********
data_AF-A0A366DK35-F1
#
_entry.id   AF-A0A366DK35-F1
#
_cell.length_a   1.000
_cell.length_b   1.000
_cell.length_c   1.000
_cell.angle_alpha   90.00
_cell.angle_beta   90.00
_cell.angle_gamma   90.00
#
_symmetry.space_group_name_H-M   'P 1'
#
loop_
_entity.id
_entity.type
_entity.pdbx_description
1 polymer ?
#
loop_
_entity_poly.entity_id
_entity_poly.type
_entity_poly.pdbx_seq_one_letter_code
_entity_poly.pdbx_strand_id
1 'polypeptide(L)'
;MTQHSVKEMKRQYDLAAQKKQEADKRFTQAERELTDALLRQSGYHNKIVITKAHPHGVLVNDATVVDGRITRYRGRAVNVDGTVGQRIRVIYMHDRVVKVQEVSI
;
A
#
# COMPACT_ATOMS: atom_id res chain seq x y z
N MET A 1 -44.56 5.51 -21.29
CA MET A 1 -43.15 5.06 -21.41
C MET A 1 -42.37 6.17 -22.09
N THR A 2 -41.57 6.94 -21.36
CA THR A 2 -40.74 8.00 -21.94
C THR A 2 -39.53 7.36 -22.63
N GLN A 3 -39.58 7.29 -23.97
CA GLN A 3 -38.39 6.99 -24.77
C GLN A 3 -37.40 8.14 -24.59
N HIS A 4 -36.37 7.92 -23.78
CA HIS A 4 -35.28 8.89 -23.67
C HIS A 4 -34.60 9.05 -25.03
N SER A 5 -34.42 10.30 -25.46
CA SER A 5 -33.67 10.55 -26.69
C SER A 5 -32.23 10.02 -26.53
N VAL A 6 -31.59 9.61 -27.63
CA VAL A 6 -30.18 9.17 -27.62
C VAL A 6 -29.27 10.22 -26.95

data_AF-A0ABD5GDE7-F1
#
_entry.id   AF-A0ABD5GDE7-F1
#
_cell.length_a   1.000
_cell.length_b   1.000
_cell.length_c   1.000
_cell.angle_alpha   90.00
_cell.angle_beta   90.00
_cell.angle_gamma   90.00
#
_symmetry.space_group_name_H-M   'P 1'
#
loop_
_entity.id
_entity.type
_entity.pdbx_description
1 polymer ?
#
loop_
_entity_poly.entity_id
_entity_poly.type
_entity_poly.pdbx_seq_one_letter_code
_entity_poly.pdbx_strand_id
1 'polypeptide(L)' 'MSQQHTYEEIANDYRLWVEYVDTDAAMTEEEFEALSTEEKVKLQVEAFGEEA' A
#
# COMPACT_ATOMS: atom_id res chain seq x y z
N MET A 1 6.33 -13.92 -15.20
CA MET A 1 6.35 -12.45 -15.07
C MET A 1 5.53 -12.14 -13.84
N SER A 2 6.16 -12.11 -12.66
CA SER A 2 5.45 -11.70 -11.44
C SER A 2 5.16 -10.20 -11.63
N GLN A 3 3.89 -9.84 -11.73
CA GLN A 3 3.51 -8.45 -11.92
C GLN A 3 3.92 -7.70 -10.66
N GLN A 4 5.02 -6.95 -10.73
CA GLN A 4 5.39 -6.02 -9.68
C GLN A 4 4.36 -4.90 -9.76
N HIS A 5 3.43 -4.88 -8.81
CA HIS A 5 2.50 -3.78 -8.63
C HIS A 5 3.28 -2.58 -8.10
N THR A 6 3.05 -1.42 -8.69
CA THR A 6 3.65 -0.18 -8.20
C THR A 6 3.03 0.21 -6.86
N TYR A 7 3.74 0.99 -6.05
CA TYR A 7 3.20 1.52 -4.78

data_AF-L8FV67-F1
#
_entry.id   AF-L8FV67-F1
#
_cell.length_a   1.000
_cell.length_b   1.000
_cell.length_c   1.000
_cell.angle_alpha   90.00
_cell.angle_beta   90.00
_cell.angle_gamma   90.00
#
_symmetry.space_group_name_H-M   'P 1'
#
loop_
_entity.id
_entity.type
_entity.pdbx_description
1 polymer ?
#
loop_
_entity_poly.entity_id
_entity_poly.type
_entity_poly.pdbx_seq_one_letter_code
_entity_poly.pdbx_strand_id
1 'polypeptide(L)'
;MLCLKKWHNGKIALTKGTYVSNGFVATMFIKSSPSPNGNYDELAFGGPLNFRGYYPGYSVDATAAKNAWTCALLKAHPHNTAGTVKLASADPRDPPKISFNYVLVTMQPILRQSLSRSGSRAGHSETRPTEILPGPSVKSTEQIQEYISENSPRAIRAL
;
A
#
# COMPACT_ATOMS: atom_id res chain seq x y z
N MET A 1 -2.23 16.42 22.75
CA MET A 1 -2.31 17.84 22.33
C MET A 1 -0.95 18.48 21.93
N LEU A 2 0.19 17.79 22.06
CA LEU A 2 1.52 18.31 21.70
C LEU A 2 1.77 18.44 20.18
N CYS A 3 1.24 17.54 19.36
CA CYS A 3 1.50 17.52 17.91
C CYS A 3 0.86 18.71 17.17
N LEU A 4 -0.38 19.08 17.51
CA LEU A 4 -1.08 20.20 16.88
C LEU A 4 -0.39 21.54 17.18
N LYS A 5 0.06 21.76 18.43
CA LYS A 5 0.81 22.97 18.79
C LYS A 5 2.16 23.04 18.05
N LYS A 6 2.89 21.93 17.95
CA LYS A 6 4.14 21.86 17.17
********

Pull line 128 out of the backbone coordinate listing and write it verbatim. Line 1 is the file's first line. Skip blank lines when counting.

C MET A 1 -0.95 18.48 21.93